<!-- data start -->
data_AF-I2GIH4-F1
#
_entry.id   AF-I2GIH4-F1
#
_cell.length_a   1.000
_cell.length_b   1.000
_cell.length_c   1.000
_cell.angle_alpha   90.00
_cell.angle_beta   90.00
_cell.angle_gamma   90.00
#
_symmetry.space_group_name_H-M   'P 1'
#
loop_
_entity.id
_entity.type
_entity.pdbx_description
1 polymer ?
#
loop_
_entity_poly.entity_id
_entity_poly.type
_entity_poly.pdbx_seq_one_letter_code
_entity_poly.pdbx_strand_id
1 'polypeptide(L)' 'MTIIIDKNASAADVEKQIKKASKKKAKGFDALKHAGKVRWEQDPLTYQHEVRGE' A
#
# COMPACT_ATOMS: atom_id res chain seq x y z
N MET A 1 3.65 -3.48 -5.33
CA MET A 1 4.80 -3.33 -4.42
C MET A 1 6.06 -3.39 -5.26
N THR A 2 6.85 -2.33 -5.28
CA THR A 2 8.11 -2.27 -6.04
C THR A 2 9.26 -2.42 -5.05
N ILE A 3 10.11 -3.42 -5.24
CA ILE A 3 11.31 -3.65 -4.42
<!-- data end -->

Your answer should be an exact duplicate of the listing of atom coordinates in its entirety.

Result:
data_AF-I2GIH4-F1
#
_entry.id   AF-I2GIH4-F1
#
_cell.length_a   1.000
_cell.length_b   1.000
_cell.length_c   1.000
_cell.angle_alpha   90.00
_cell.angle_beta   90.00
_cell.angle_gamma   90.00
#
_symmetry.space_group_name_H-M   'P 1'
#
loop_
_entity.id
_entity.type
_entity.pdbx_description
1 polymer ?
#
loop_
_entity_poly.entity_id
_entity_poly.type
_entity_poly.pdbx_seq_one_letter_code
_entity_poly.pdbx_strand_id
1 'polypeptide(L)' 'MTIIIDKNASAADVEKQIKKASKKKAKGFDALKHAGKVRWEQDPLTYQHEVRGE' A
#
# COMPACT_ATOMS: atom_id res chain seq x y z
N MET A 1 3.65 -3.48 -5.33
CA MET A 1 4.80 -3.33 -4.42
C MET A 1 6.06 -3.39 -5.26
N THR A 2 6.85 -2.33 -5.28
CA THR A 2 8.11 -2.27 -6.04
C THR A 2 9.26 -2.42 -5.05
N ILE A 3 10.11 -3.42 -5.24
CA ILE A 3 11.31 -3.65 -4.42